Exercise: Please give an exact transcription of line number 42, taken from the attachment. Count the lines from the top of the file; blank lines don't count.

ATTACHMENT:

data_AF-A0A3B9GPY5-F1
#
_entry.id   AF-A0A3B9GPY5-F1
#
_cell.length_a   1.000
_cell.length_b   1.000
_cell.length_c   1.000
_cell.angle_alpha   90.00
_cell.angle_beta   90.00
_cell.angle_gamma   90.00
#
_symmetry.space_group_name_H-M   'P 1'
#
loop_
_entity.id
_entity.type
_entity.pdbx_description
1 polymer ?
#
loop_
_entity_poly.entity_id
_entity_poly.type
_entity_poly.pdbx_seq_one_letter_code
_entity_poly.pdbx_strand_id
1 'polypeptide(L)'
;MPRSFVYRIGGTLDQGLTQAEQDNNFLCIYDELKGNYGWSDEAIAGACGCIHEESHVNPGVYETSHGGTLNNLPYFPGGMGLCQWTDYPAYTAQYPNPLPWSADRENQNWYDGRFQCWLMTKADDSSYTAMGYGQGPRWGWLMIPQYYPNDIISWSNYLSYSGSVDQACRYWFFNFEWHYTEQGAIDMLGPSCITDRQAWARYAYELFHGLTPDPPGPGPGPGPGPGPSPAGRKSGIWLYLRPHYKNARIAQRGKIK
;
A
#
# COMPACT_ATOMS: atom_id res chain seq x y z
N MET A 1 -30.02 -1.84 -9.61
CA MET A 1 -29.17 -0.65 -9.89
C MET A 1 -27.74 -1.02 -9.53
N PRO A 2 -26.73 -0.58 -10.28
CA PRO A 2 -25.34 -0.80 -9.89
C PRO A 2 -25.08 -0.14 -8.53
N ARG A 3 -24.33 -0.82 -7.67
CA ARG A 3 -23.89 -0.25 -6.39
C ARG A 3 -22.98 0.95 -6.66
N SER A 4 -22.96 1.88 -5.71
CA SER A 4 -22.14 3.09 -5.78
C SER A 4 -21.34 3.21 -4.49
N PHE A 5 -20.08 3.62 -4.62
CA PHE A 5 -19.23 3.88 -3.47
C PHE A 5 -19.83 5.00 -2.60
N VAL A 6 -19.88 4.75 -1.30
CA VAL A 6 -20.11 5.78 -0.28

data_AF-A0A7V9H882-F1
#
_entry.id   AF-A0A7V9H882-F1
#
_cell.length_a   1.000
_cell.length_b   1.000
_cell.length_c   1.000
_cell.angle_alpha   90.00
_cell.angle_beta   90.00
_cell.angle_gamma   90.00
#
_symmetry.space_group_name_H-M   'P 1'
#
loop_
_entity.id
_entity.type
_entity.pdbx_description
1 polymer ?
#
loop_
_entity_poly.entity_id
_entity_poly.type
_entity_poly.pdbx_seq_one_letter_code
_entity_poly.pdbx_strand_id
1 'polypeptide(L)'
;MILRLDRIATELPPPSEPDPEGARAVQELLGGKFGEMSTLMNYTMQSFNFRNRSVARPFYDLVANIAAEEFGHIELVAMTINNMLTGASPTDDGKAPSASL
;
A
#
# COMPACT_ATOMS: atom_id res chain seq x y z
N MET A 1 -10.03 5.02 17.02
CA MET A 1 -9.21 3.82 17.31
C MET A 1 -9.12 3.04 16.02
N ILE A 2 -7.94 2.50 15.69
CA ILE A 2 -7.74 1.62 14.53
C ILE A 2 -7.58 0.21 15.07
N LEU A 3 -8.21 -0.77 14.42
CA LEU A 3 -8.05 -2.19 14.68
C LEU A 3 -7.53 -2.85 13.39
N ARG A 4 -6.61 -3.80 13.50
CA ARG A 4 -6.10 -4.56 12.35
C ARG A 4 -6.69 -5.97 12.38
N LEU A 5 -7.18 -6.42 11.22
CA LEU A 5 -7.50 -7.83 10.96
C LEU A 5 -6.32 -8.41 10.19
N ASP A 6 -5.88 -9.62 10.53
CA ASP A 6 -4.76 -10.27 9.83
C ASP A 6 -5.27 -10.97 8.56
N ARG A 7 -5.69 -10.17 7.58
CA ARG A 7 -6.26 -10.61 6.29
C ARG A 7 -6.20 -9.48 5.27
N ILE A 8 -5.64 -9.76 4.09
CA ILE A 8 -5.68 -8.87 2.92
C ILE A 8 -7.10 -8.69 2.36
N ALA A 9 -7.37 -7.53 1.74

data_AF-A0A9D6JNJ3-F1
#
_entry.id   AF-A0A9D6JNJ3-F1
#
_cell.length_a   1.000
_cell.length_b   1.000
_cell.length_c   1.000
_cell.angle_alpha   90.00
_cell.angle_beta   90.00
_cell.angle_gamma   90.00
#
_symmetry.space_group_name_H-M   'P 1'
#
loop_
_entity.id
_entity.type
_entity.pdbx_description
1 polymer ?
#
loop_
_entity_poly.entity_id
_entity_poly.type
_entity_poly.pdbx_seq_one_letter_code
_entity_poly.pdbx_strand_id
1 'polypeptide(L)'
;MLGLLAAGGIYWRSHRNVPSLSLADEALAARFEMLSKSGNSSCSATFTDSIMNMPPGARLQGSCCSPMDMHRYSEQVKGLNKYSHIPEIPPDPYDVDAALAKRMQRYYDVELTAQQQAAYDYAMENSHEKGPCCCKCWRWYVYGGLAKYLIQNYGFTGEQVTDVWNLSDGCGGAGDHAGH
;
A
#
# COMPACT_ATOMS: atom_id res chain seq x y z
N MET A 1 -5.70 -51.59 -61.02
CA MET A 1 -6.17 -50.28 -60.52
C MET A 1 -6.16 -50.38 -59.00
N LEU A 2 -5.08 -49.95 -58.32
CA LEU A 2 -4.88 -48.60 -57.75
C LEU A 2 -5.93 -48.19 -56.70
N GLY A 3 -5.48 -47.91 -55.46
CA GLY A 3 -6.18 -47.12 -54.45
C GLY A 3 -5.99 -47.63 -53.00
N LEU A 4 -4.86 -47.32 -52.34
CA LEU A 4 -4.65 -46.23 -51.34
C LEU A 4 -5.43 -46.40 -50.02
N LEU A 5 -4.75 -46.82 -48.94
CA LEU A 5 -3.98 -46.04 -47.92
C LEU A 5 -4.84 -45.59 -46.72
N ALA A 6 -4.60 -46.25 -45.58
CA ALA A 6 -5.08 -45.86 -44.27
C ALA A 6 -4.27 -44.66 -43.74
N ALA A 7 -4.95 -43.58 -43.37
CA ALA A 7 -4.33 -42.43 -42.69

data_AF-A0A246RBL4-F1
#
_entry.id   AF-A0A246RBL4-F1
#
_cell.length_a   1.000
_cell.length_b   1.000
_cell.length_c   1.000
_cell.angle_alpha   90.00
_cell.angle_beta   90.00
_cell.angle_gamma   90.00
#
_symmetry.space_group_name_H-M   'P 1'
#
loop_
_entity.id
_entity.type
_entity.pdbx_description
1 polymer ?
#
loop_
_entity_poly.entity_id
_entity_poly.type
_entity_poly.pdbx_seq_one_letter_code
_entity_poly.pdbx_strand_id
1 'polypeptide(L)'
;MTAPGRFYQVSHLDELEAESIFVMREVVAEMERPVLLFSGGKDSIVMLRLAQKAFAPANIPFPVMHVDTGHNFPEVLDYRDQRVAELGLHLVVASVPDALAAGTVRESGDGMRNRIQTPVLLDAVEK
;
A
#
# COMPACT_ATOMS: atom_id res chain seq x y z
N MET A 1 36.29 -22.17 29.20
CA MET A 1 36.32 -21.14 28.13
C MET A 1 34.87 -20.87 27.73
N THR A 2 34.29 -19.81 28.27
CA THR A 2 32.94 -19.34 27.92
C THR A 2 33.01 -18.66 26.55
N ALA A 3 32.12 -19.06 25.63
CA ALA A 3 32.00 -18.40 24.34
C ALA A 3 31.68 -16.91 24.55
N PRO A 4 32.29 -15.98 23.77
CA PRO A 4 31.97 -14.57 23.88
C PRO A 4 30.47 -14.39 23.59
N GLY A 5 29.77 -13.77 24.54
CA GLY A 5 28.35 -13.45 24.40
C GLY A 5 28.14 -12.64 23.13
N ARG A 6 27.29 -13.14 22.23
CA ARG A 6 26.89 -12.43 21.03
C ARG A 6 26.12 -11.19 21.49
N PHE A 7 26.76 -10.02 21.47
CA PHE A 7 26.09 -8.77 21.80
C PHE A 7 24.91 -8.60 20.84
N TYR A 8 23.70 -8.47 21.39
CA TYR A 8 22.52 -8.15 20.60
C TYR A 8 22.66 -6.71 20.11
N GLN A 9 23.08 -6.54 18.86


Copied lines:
C SER A 4 -21.34 3.21 -4.49